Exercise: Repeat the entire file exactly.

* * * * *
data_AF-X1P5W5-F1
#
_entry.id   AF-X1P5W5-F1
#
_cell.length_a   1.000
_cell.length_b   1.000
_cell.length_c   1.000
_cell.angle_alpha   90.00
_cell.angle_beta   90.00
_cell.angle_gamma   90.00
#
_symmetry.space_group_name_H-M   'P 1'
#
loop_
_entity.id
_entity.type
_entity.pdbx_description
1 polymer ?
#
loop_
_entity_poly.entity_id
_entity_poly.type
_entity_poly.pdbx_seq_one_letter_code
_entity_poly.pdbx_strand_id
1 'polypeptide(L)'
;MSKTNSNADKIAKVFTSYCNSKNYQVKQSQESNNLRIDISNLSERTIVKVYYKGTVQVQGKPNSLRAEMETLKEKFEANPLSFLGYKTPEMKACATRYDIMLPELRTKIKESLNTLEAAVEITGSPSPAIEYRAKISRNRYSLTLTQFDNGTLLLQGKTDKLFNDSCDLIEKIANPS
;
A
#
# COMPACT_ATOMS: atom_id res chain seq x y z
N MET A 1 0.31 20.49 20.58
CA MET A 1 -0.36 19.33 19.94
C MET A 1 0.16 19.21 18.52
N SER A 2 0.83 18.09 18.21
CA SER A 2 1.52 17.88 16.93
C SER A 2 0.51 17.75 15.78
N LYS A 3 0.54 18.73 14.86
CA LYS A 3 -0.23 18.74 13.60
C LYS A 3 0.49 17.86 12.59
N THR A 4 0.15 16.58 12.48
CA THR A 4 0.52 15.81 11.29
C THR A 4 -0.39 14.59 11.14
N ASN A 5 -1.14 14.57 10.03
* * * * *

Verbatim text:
data_AF-X1P5W5-F1
#
_entry.id   AF-X1P5W5-F1
#
_cell.length_a   1.000
_cell.length_b   1.000
_cell.length_c   1.000
_cell.angle_alpha   90.00
_cell.angle_beta   90.00
_cell.angle_gamma   90.00
#
_symmetry.space_group_name_H-M   'P 1'
#
loop_
_entity.id
_entity.type
_entity.pdbx_description
1 polymer ?
#
loop_
_entity_poly.entity_id
_entity_poly.type
_entity_poly.pdbx_seq_one_letter_code
_entity_poly.pdbx_strand_id
1 'polypeptide(L)'
;MSKTNSNADKIAKVFTSYCNSKNYQVKQSQESNNLRIDISNLSERTIVKVYYKGTVQVQGKPNSLRAEMETLKEKFEANPLSFLGYKTPEMKACATRYDIMLPELRTKIKESLNTLEAAVEITGSPSPAIEYRAKISRNRYSLTLTQFDNGTLLLQGKTDKLFNDSCDLIEKIANPS
;
A
#
# COMPACT_ATOMS: atom_id res chain seq x y z
N MET A 1 0.31 20.49 20.58
CA MET A 1 -0.36 19.33 19.94
C MET A 1 0.16 19.21 18.52
N SER A 2 0.83 18.09 18.21
CA SER A 2 1.52 17.88 16.93
C SER A 2 0.51 17.75 15.78
N LYS A 3 0.54 18.73 14.86
CA LYS A 3 -0.23 18.74 13.60
C LYS A 3 0.49 17.86 12.59
N THR A 4 0.15 16.58 12.48
CA THR A 4 0.52 15.81 11.29
C THR A 4 -0.39 14.59 11.14
N ASN A 5 -1.14 14.57 10.03